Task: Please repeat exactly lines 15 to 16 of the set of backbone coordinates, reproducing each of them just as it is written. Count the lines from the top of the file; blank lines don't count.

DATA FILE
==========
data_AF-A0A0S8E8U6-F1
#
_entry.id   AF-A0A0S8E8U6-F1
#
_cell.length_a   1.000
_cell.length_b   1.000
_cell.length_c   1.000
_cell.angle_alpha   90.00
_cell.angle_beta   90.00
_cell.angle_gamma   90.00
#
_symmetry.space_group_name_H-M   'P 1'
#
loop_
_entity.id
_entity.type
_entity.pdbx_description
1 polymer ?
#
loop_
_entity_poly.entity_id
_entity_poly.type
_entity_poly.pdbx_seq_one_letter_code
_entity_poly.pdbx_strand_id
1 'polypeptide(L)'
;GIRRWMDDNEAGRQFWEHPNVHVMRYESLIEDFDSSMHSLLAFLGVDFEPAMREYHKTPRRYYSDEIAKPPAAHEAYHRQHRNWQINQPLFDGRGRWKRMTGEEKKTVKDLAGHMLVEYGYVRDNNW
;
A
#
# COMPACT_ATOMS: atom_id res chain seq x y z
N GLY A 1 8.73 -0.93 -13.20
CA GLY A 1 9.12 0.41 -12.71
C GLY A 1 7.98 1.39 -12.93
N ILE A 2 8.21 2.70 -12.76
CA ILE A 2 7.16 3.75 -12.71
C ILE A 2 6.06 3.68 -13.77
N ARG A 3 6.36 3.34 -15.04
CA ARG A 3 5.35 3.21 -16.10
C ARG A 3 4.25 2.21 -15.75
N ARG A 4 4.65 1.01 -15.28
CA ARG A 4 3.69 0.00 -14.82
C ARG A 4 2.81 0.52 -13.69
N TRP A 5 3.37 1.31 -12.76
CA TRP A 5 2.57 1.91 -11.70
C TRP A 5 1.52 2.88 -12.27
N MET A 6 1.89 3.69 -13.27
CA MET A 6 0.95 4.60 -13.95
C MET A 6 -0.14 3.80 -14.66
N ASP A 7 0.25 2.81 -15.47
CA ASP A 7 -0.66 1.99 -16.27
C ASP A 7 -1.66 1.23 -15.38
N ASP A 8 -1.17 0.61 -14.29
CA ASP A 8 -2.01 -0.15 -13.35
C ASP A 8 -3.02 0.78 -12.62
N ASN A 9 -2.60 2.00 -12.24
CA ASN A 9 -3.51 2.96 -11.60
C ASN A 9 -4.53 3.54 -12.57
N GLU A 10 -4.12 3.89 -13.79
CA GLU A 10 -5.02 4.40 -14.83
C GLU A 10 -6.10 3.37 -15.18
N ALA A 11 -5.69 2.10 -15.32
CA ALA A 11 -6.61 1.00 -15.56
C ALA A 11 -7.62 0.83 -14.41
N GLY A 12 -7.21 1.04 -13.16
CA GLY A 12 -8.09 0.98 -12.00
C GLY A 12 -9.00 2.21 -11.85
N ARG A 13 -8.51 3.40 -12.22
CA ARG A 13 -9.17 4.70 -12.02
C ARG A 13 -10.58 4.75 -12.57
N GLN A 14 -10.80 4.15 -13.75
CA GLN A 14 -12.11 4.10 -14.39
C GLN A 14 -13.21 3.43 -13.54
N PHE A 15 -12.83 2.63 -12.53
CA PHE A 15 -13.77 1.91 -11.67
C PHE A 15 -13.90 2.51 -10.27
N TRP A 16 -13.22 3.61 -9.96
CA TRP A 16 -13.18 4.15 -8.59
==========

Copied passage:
_entity.id
_entity.type